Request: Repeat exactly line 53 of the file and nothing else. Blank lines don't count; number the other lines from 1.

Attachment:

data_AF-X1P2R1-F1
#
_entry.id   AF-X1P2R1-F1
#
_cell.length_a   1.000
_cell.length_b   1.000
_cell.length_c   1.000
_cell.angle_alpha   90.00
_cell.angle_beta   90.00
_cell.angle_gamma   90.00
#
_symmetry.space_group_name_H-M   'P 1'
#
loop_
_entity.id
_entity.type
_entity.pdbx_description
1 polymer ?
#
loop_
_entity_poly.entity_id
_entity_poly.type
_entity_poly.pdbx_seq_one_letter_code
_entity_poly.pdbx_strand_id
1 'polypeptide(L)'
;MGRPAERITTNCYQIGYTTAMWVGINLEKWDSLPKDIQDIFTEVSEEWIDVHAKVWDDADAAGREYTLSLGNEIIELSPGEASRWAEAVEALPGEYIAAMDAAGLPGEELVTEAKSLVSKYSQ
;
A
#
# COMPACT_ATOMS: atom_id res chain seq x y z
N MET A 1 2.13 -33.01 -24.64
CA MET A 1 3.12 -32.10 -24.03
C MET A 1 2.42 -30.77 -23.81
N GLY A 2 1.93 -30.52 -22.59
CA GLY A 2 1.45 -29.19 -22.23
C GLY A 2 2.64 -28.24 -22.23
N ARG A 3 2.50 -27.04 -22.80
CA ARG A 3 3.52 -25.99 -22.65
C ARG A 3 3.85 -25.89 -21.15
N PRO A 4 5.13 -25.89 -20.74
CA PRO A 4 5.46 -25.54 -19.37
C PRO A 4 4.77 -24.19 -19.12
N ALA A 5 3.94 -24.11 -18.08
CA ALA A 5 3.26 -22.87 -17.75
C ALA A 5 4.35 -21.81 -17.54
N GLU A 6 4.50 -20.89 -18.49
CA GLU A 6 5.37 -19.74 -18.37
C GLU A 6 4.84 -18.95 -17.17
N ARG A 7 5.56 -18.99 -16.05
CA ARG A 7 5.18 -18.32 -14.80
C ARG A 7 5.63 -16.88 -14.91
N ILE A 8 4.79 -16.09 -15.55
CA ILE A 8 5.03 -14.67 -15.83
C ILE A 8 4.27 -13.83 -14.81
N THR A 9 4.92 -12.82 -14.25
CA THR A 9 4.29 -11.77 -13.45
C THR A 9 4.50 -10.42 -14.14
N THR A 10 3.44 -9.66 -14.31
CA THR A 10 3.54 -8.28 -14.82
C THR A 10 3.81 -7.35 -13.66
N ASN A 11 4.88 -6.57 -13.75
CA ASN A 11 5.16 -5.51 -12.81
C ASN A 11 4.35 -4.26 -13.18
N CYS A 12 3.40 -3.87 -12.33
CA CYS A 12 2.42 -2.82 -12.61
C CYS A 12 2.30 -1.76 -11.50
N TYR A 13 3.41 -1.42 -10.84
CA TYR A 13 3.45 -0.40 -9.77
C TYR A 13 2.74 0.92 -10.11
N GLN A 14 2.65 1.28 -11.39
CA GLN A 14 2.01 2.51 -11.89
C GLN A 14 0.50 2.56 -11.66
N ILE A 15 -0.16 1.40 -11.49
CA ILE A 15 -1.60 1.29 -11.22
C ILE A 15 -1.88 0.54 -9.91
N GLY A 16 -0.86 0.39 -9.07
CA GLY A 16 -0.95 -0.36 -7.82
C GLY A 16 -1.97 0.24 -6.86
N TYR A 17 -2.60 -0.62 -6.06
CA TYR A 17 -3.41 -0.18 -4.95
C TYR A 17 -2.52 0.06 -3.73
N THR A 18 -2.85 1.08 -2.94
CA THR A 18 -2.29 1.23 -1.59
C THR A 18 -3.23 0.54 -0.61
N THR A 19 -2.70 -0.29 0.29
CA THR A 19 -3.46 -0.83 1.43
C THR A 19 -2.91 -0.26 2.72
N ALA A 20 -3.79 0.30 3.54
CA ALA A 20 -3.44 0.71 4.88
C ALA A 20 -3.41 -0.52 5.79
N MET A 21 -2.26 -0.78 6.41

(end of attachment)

CA ILE A 8 5.03 -14.67 -15.83